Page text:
|NZXT Phantom 820 Tower Computer Case|
|Reviews - Featured Reviews: Cases|
|Written by Austin Downing|
|Thursday, 01 November 2012|
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NZXT Phantom 820 Computer Case Review
Full Disclosure: The product sample used in this article has been provided by NZXT.
A great case can last an enthusiast many builds. This means that case designers need to create cases that can handle many different configurations, with many different requirements. A multi-GPU system has different requirements than a single GPU system, which in turn has different requirements than professional workstation. While NZXT attempts to cater to all of these parties, designing a case involves making compromises between the three areas of quality, features, and cost. Therefore, the question Benchmark Reviews will attempt to answer is what compromises did NZXT make in the creation of the NZXT Phantom 820.
NZXT is a case manufacturer that has always had some interesting design aspects in its systems that some people liked and others did not, but since they were well priced many things could be forgiven. The Phantom 820 is a completely different beast, set out from the beginning to become NZXT's flagship product and priced as such. It has a $250 price tag, which is $70 greater than any other NZXT case on the market. It is also is their largest case so far measuring in at 9.25" x 25.59" x 24.09" which puts it in the same size and price league as the Corsair 800D, Thermaltake Level 10M, and the SilverStone FT02. The objective of this review will be to examine how the Phantom 820 differentiates itself from each these highly respected competitors.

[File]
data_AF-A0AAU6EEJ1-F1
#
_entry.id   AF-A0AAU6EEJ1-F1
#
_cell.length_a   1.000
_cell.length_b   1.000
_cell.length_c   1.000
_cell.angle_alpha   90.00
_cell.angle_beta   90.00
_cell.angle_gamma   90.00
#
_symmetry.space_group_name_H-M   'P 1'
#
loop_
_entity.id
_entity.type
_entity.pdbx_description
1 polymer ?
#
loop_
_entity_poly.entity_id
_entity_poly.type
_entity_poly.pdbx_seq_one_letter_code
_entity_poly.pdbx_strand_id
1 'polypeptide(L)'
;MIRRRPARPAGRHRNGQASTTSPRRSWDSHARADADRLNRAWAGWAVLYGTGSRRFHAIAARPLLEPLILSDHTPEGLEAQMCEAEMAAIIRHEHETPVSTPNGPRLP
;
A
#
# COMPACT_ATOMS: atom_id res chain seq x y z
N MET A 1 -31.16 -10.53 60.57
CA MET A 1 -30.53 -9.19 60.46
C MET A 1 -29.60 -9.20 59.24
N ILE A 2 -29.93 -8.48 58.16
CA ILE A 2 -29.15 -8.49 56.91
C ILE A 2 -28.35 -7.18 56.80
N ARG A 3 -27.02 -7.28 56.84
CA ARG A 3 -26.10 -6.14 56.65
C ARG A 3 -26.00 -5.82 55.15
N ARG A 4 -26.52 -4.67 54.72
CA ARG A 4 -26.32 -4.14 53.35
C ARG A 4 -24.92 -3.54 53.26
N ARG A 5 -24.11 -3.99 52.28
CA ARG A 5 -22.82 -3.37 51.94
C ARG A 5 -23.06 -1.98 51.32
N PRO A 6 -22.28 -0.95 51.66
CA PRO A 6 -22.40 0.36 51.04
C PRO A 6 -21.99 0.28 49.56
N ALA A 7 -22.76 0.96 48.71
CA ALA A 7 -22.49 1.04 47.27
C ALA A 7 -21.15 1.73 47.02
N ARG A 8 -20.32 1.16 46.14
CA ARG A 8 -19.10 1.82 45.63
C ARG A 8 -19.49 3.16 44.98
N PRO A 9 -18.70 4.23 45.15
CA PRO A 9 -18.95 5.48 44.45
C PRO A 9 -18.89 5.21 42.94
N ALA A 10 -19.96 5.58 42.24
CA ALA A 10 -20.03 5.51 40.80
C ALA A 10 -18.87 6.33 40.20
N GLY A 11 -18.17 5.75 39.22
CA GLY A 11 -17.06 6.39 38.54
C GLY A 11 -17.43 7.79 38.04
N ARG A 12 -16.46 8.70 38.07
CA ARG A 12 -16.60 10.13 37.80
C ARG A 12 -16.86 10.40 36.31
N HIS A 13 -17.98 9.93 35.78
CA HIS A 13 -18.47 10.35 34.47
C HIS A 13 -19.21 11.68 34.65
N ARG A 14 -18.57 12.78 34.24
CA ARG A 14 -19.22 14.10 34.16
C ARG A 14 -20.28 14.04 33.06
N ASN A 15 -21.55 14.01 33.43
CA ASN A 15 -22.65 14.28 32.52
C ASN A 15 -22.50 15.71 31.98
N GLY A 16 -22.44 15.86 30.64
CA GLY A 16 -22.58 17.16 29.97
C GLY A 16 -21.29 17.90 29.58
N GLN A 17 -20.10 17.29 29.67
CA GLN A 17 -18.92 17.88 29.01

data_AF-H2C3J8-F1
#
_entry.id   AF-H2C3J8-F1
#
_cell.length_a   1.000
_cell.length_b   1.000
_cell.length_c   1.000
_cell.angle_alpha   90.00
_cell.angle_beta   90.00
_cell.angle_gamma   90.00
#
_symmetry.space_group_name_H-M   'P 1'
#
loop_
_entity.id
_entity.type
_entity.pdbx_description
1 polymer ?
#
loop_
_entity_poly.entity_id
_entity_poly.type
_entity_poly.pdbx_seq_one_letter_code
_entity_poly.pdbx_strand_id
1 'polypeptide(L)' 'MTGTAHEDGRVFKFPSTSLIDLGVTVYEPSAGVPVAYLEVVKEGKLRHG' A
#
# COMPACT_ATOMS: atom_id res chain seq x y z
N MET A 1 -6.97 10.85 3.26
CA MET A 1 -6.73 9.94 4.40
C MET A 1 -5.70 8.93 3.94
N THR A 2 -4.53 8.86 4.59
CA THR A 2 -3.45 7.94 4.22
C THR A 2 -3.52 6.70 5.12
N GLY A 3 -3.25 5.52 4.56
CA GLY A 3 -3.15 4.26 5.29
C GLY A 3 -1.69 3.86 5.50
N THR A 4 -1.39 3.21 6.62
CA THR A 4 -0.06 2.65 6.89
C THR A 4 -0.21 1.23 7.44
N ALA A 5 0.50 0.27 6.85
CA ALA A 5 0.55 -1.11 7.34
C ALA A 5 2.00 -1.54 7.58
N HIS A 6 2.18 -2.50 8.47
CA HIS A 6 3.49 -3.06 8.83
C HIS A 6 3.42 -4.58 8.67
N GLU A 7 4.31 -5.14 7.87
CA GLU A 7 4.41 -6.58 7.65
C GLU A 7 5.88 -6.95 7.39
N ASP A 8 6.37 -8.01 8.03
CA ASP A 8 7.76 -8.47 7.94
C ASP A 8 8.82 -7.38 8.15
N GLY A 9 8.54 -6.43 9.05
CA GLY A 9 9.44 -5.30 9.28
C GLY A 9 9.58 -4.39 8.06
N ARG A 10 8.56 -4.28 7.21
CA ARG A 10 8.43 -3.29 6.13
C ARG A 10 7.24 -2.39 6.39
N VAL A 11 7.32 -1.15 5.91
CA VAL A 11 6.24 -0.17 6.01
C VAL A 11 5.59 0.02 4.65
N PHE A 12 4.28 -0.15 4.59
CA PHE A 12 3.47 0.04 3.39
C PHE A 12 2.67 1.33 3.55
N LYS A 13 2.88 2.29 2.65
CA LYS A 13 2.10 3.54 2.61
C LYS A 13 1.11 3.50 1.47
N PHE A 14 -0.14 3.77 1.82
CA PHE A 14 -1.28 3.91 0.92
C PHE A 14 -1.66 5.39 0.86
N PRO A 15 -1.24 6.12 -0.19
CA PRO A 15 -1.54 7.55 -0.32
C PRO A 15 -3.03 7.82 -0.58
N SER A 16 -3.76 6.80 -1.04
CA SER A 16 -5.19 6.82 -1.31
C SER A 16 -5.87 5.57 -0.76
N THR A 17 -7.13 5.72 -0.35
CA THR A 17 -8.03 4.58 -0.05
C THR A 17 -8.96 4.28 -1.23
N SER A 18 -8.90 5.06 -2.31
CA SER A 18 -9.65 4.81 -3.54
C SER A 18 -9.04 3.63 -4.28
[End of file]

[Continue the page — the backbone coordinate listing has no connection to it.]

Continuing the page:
When reviewing a case you have four major things you need to look at. First, you need to look at build quality because no one wants to spend hours putting hardware in a case only to find defects or to have parts that will fail months later. Secondly, you need to look at cooling because as the heat output of components goes up, so do cooling needs. Third, you need to look at the acoustics of your new case because as anyone who has worked on or near servers knows adequate cooling can come at an acoustic cost unless a company put expenses into preventing this. Lastly, you need to look at the ease of build, which depending on your system may or may not play a big role in your choice of case. If you like, I spend lots of time inside of your case modifying parts then you want a system that you can easily move around in while making modifications. On the other hand if you want to setup your system and leave it then this becomes less of an importance and therefore can be moved lower on the requirements for your case.
NZXT Phantom 820 Features
NZXT Phantom 820 Specifications